•  New Normal Budget Act. $25 million in the budget is earmarked to address healthcare needs, healthier food options, affordable housing, anti-poverty efforts, job training and other measures to address the disparities laid bare by COVID-19 and the unrest in Philadelphia following George Floyd’s murder.
  • Quality, Affordable Housing. An increased investment of $20 million for the Housing Trust Fund.
  • Adult Education. $1.45 million for Adult Education.
  • Arts and Culture funding. $1.35 million in funding slated for elimination due to COVID-19’s impact has been restored, through the Cultural Fund and African-American Museum
  • Criminal justice reform.  $825,000 in funding for Re-Entry Services

Revenues

The Non-Resident Wage and Net Profit Tax will increase to 3.5019%, still below the rate for Philadelphians of 3.871%. This slight increase goes along with a decision not to seek a reduction in the Resident Wage Tax, as previously planned. Together, these changes should generate $17.2 million in FY21. For a commuter earning $50,000 a year, this would increase his/her wage tax by $27 a year, or $1 per pay period. The tax increase will sunset after one year.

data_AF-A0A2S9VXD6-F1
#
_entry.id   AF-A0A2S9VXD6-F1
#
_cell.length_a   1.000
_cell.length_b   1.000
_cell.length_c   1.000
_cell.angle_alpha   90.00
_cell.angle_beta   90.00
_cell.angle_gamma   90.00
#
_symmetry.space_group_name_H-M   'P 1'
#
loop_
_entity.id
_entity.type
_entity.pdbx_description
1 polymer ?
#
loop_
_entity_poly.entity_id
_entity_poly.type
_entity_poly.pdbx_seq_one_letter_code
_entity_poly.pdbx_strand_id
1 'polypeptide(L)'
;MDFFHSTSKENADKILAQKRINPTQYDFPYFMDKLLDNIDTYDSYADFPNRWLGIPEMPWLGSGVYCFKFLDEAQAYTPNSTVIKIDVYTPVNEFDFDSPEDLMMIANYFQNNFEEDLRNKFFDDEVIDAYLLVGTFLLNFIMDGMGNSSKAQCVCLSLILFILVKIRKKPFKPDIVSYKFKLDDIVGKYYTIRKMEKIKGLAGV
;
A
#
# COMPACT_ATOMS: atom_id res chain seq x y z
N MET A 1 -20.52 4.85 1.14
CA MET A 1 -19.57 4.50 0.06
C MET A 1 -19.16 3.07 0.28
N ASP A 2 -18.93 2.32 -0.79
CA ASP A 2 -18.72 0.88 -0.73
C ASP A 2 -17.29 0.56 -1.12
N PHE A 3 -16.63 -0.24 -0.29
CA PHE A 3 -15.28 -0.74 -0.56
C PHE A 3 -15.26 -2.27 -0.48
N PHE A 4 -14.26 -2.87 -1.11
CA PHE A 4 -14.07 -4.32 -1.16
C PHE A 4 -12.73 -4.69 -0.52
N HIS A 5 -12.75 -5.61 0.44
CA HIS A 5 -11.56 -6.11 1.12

The Parking Tax will increase from 22.5% to 25% to generate an additional $8.5 million in FY2021. The tax increase will sunset after one year. Council also approved a plan to create a “Good Parking Jobs for Philadelphia Review Committee” as an agency of Council, with nine mayoral appointees, two of whom shall be members of Council. If the Committee determines to Council’s satisfaction that the parking industry is supporting the development of stable jobs for workers, it is Council’s intent beginning in fiscal 2022 to reduce the parking tax, with the goal of reducing the rate to 17 percent.

Pension Debt Restructuring

The Kenney administration proposed, and Council agreed, to a pension bond debt restructuring that will generate savings of about $80 million in FY2021.

Fire Department spending

The administration proposed, and Council agreed, to hold the Fire Department to its FY2020 level of funding, an economizing move generating $5 million in savings.

Council President Darrell L. Clarke (5th District) said this evening he believed the collaborative work of City Council and the Kenney administration will address deep social ills and other reforms in city government which were magnified by the pandemic and unrest.

“The COVID-19 pandemic and unrest in our city and country these last few weeks have magnified the disparities that were glossed over by a booming economy and years of cutting resources from our country’s social safety net,” President Clarke said.